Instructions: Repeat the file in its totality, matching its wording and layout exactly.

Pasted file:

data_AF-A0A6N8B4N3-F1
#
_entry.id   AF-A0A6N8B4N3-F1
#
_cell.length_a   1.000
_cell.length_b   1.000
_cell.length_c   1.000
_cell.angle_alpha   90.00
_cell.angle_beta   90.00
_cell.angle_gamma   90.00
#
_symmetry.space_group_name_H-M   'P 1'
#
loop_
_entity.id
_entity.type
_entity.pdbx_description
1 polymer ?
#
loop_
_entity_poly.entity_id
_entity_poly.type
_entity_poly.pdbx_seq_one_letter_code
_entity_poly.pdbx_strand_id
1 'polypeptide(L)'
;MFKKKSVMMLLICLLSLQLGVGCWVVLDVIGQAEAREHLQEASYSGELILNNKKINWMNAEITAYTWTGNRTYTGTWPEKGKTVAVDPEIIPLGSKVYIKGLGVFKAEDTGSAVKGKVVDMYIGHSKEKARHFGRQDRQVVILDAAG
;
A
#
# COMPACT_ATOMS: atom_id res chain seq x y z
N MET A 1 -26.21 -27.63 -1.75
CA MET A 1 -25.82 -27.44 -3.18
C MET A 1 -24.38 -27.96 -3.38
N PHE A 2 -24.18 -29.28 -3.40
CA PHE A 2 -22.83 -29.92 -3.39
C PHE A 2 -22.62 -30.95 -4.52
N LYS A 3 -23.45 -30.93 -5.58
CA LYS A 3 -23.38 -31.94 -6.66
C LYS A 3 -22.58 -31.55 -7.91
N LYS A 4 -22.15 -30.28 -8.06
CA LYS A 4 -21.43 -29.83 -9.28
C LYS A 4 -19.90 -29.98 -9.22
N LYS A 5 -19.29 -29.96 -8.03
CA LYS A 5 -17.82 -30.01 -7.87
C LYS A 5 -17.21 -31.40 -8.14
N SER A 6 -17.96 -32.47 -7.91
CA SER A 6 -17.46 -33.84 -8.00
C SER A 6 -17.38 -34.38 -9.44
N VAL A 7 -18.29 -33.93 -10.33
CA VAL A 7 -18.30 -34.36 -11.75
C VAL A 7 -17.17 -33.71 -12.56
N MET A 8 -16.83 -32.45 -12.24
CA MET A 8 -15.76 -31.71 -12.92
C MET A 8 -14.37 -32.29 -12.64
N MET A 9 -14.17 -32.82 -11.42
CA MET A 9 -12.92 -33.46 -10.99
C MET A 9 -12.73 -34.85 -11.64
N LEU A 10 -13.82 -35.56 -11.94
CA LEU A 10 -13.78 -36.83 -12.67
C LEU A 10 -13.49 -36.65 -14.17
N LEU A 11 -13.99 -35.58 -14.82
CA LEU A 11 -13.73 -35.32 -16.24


data_AF-A0A6N8B4N3-F1
#
_entry.id   AF-A0A6N8B4N3-F1
#
_cell.length_a   1.000
_cell.length_b   1.000
_cell.length_c   1.000
_cell.angle_alpha   90.00
_cell.angle_beta   90.00
_cell.angle_gamma   90.00
#
_symmetry.space_group_name_H-M   'P 1'
#
loop_
_entity.id
_entity.type
_entity.pdbx_description
1 polymer ?
#
loop_
_entity_poly.entity_id
_entity_poly.type
_entity_poly.pdbx_seq_one_letter_code
_entity_poly.pdbx_strand_id
1 'polypeptide(L)'
;MFKKKSVMMLLICLLSLQLGVGCWVVLDVIGQAEAREHLQEASYSGELILNNKKINWMNAEITAYTWTGNRTYTGTWPEKGKTVAVDPEIIPLGSKVYIKGLGVFKAEDTGSAVKGKVVDMYIGHSKEKARHFGRQDRQVVILDAAG
;
A
#
# COMPACT_ATOMS: atom_id res chain seq x y z
N MET A 1 -26.21 -27.63 -1.75
CA MET A 1 -25.82 -27.44 -3.18
C MET A 1 -24.38 -27.96 -3.38
N PHE A 2 -24.18 -29.28 -3.40
CA PHE A 2 -22.83 -29.92 -3.39
C PHE A 2 -22.62 -30.95 -4.52
N LYS A 3 -23.45 -30.93 -5.58
CA LYS A 3 -23.38 -31.94 -6.66
C LYS A 3 -22.58 -31.55 -7.91
N LYS A 4 -22.15 -30.28 -8.06
CA LYS A 4 -21.43 -29.83 -9.28
C LYS A 4 -19.90 -29.98 -9.22
N LYS A 5 -19.29 -29.96 -8.03
CA LYS A 5 -17.82 -30.01 -7.87
C LYS A 5 -17.21 -31.40 -8.14
N SER A 6 -17.96 -32.47 -7.91
CA SER A 6 -17.46 -33.84 -8.00
C SER A 6 -17.38 -34.38 -9.44
N VAL A 7 -18.29 -33.93 -10.33
CA VAL A 7 -18.30 -34.36 -11.75
C VAL A 7 -17.17 -33.71 -12.56
N MET A 8 -16.83 -32.45 -12.24
CA MET A 8 -15.76 -31.71 -12.92
C MET A 8 -14.37 -32.29 -12.64
N MET A 9 -14.17 -32.82 -11.42
CA MET A 9 -12.92 -33.46 -10.99
C MET A 9 -12.73 -34.85 -11.64
N LEU A 10 -13.82 -35.56 -11.94
CA LEU A 10 -13.78 -36.83 -12.67
C LEU A 10 -13.49 -36.65 -14.17
N LEU A 11 -13.99 -35.58 -14.82
CA LEU A 11 -13.73 -35.32 -16.24